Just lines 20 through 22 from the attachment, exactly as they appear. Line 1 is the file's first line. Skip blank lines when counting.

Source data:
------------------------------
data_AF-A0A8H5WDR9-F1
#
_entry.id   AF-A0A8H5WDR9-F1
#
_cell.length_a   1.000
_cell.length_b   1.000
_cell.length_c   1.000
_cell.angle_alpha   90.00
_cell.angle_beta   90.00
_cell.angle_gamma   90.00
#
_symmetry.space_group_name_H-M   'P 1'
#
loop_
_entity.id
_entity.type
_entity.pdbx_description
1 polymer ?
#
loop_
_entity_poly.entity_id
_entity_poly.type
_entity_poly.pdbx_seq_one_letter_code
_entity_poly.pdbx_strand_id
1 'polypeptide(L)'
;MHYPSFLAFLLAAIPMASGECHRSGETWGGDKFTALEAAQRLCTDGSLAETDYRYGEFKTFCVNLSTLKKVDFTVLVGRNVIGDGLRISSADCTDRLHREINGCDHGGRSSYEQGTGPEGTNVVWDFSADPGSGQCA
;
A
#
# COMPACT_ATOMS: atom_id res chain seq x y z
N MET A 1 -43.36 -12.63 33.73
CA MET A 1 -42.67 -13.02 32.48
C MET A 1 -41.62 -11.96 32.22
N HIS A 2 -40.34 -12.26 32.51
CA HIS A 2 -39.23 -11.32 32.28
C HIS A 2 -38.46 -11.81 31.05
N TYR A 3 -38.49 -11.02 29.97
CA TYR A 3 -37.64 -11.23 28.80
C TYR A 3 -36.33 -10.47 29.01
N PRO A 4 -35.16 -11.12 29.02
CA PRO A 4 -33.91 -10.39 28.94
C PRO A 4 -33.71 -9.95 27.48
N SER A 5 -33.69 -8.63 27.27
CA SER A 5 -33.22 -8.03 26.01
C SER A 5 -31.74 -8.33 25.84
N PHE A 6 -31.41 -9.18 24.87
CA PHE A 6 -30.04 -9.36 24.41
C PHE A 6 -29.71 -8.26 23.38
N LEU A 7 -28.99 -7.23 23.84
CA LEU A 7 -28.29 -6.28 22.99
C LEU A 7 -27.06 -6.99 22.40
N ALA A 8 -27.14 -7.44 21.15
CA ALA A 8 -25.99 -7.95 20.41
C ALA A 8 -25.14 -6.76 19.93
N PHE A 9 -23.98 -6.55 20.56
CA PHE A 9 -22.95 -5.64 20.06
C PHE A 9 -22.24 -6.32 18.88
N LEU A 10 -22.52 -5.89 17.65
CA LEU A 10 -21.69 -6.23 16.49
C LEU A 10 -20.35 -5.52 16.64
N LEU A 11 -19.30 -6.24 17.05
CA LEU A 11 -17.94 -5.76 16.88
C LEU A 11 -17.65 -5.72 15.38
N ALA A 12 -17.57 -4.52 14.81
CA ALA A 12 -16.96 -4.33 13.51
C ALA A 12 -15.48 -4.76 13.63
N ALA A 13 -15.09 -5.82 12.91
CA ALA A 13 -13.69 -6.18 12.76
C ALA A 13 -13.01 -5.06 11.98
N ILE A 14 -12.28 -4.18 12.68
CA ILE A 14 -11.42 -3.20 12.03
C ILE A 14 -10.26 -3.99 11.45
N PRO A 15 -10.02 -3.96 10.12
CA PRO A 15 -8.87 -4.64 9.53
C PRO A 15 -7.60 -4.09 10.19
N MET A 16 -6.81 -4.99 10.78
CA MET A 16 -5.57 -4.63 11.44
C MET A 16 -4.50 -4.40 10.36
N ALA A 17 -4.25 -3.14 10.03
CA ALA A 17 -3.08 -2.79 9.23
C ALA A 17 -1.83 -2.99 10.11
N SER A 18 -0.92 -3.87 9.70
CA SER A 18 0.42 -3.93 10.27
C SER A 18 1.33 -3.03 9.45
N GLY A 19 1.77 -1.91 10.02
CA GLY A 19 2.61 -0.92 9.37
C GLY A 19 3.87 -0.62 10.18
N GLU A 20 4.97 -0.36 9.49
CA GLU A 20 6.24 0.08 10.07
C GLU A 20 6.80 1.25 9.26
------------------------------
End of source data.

loop_
_entity_poly.entity_id
_entity_poly.type